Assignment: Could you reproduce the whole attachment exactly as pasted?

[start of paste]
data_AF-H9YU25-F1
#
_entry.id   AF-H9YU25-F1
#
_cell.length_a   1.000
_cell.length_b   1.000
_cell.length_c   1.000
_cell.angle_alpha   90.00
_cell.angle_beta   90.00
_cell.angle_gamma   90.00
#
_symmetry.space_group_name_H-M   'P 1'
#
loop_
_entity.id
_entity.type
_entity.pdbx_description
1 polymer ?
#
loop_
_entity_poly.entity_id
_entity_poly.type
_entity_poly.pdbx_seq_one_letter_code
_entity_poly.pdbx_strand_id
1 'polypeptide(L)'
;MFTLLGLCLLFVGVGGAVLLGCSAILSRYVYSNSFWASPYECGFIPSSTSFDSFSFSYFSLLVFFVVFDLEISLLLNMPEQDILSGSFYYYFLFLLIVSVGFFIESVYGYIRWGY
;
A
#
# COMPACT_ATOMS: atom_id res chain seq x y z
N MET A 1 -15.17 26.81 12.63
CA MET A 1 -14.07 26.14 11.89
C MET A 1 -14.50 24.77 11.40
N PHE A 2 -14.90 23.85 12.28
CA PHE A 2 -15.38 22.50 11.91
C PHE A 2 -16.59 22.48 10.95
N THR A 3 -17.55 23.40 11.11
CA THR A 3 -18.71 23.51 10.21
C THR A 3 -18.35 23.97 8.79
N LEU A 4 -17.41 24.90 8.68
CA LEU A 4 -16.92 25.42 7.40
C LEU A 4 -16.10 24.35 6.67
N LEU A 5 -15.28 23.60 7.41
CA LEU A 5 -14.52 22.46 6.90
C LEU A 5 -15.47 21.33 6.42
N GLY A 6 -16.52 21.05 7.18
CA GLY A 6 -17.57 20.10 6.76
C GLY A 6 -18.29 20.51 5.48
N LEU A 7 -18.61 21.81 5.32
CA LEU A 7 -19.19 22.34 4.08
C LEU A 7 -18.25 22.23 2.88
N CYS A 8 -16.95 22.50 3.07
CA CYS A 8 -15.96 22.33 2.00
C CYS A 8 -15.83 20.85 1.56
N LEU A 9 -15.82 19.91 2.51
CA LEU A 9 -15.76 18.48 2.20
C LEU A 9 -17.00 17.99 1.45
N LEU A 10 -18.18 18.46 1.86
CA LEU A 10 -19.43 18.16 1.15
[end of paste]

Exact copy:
data_AF-H9YU25-F1
#
_entry.id   AF-H9YU25-F1
#
_cell.length_a   1.000
_cell.length_b   1.000
_cell.length_c   1.000
_cell.angle_alpha   90.00
_cell.angle_beta   90.00
_cell.angle_gamma   90.00
#
_symmetry.space_group_name_H-M   'P 1'
#
loop_
_entity.id
_entity.type
_entity.pdbx_description
1 polymer ?
#
loop_
_entity_poly.entity_id
_entity_poly.type
_entity_poly.pdbx_seq_one_letter_code
_entity_poly.pdbx_strand_id
1 'polypeptide(L)'
;MFTLLGLCLLFVGVGGAVLLGCSAILSRYVYSNSFWASPYECGFIPSSTSFDSFSFSYFSLLVFFVVFDLEISLLLNMPEQDILSGSFYYYFLFLLIVSVGFFIESVYGYIRWGY
;
A
#
# COMPACT_ATOMS: atom_id res chain seq x y z
N MET A 1 -15.17 26.81 12.63
CA MET A 1 -14.07 26.14 11.89
C MET A 1 -14.50 24.77 11.40
N PHE A 2 -14.90 23.85 12.28
CA PHE A 2 -15.38 22.50 11.91
C PHE A 2 -16.59 22.48 10.95
N THR A 3 -17.55 23.40 11.11
CA THR A 3 -18.71 23.51 10.21
C THR A 3 -18.35 23.97 8.79
N LEU A 4 -17.41 24.90 8.68
CA LEU A 4 -16.92 25.42 7.40
C LEU A 4 -16.10 24.35 6.67
N LEU A 5 -15.28 23.60 7.41
CA LEU A 5 -14.52 22.46 6.90
C LEU A 5 -15.47 21.33 6.42
N GLY A 6 -16.52 21.05 7.18
CA GLY A 6 -17.57 20.10 6.76
C GLY A 6 -18.29 20.51 5.48
N LEU A 7 -18.61 21.81 5.32
CA LEU A 7 -19.19 22.34 4.08
C LEU A 7 -18.25 22.23 2.88
N CYS A 8 -16.95 22.50 3.07
CA CYS A 8 -15.96 22.33 2.00
C CYS A 8 -15.83 20.85 1.56
N LEU A 9 -15.82 19.91 2.51
CA LEU A 9 -15.76 18.48 2.20
C LEU A 9 -17.00 17.99 1.45
N LEU A 10 -18.18 18.46 1.86
CA LEU A 10 -19.43 18.16 1.15